The U.S. May Soon Get Its First-ever Dark Sky Reserve for Epic Stargazing
Prepare to see stars light up the night sky like you've never seen them before.
After the sun goes down, people across the globe can step out their doors, look up into the night sky, and see a few twinkling stars shining overhead.
Sure, it may look sort of nice, but people have no idea what they’re missing thanks to the overwhelming light pollution permeating our night sky. However, a new effort by a group of dark sky lovers in Idaho is looking to change that and give us all our first real glimpse of what a star-filled sky should look like.
The International Dark-Sky Association is working diligently in an attempt to have portions of Idaho designated as the United States' first ever “dark sky reserve” so stargazers have an unobstructed view of the heavens above.
"We know the night sky has inspired people for many thousands of years," John Barentine, program manager at the Tucson, Arizona-based International Dark-Sky Association, told the News & Observer. "When they are in a space where they can see it, it's often a very profound experience."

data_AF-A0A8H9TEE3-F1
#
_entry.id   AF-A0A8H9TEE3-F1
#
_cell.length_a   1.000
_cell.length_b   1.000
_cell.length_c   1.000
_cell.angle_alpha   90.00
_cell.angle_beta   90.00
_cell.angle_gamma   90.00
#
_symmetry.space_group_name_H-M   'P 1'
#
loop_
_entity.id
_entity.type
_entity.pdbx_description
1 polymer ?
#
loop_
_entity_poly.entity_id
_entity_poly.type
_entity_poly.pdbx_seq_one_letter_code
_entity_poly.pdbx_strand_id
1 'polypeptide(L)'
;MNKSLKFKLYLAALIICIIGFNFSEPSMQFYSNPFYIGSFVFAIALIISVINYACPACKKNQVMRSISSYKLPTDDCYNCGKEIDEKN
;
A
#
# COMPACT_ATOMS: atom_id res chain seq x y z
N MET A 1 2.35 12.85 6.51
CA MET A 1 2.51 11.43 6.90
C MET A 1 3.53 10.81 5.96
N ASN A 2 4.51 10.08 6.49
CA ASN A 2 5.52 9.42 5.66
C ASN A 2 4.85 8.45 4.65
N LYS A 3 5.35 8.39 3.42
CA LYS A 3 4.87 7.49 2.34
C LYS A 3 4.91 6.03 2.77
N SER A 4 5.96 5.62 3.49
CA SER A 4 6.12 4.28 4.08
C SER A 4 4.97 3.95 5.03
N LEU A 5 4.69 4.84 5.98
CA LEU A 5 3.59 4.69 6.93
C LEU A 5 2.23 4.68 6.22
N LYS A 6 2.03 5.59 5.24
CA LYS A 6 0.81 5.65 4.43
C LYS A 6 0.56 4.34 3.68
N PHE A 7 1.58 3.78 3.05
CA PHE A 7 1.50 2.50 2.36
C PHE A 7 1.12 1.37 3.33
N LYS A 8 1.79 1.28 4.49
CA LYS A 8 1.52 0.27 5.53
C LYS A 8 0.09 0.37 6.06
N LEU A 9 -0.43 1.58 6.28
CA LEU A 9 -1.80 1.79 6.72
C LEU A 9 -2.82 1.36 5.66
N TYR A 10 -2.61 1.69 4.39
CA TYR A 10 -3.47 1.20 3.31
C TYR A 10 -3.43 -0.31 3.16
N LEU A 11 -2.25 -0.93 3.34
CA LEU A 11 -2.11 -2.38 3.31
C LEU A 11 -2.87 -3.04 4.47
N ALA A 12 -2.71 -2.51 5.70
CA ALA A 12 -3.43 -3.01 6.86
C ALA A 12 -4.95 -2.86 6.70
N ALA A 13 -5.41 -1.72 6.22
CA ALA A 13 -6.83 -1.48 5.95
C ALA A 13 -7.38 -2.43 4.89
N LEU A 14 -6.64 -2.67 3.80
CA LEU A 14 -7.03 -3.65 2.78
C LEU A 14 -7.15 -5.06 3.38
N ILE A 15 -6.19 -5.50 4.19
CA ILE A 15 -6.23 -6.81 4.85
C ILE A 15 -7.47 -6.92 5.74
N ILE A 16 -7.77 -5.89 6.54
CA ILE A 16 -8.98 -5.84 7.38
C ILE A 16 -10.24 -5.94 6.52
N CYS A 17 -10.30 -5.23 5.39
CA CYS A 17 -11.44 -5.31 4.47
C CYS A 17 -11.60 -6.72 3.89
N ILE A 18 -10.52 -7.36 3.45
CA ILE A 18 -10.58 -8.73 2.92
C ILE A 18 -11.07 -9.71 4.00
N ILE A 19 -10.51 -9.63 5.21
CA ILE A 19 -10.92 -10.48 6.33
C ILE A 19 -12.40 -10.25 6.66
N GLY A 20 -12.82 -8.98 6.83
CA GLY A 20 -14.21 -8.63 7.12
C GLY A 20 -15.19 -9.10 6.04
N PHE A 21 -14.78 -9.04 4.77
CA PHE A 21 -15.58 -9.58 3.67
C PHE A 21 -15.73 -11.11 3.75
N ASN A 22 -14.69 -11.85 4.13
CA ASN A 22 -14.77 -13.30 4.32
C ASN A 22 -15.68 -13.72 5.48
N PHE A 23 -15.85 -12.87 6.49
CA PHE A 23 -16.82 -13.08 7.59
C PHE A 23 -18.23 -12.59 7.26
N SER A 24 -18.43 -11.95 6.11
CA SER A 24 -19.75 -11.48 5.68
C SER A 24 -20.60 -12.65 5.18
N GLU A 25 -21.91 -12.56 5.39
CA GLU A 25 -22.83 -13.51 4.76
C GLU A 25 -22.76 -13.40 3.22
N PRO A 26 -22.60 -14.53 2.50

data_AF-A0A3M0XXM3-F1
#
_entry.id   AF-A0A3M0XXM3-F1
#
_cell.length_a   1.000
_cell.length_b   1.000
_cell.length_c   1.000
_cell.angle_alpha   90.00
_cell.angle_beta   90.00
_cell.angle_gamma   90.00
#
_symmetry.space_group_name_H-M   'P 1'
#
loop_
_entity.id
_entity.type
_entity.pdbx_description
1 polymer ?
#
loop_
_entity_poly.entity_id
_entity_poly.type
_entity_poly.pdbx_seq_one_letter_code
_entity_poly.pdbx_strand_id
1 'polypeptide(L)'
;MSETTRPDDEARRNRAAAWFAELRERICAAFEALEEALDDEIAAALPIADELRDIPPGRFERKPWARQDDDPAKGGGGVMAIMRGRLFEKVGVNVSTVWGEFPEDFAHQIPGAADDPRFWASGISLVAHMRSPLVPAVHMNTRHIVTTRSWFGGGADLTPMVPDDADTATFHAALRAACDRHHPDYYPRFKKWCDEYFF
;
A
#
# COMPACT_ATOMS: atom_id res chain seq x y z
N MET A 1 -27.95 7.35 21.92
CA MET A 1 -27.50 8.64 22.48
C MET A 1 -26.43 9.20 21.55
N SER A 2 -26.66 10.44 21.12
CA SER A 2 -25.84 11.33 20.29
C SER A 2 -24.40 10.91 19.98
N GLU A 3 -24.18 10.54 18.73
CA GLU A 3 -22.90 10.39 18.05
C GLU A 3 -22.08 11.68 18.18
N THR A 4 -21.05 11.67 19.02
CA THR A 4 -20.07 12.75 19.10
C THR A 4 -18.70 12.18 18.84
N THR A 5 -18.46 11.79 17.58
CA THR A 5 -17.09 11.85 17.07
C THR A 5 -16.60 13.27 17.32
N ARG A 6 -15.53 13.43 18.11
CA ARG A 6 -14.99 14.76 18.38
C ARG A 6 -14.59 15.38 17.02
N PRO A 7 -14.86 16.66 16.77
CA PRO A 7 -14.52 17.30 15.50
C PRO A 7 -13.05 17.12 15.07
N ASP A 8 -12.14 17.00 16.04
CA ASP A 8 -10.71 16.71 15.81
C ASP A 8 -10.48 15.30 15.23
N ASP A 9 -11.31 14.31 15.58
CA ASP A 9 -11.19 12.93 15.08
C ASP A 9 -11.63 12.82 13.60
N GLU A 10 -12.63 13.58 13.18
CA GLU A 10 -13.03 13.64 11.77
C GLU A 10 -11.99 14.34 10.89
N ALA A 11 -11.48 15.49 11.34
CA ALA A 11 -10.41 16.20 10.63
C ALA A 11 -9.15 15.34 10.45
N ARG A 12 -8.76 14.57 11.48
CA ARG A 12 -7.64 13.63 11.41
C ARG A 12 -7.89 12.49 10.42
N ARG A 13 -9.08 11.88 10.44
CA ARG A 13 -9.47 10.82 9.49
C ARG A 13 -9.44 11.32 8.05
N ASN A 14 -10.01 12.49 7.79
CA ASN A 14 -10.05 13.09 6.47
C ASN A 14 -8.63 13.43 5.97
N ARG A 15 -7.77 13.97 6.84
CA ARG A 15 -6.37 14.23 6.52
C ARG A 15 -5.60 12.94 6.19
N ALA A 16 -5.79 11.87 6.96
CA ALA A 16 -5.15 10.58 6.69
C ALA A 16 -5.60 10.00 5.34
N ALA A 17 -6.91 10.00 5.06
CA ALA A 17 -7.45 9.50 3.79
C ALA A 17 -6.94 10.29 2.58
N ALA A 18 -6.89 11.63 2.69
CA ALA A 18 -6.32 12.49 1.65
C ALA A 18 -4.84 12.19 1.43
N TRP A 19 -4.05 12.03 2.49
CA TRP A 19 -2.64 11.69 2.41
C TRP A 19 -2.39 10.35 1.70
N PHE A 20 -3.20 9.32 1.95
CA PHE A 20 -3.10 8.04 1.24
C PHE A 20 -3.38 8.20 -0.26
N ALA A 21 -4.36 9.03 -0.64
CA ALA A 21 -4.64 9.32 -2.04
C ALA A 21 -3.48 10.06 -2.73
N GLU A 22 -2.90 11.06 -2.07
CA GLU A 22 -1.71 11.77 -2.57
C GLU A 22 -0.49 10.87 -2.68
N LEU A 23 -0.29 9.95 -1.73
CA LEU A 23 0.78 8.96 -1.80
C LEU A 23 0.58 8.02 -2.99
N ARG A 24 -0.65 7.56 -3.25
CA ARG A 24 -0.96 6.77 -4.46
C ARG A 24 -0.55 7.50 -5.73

Sure, you may think this is frivolous, but according to some research, an estimated 80 percent of Americans live in regions where light pollution from homes, businesses, and more completely block out the beauty of a starry night sky.
So just where would this reserve be located? According to the Observer, leaders in both Ketchum and Sun Valley are working with the organization to designate 1,400 square miles as the reserve, which includes a large section of the Sawtooth National Recreation Area.
To help gain the designation, residents of the communities will have to adhere to a few new regulations, including installing shields over exterior light fixtures to block light from going upward and turning off any holiday lighting at night.
"Out of all the types of pollution that [Idaho Conservation League] is engaged in, I see this as one we can combat in an easier way," Dani Mazzota, whose group is assisting in the coordination efforts, told the Observer.
As the Daily Mail noted, if the community does earn the dark-sky designation, it will join just a handful of others around the globe including Aoraki Mackenzie park in New Zealand, Brecon Beacons National Park in Wales, NamibRand Nature Reserve in Namibia, Pic du Midi in France, and Westhavelland in Germany.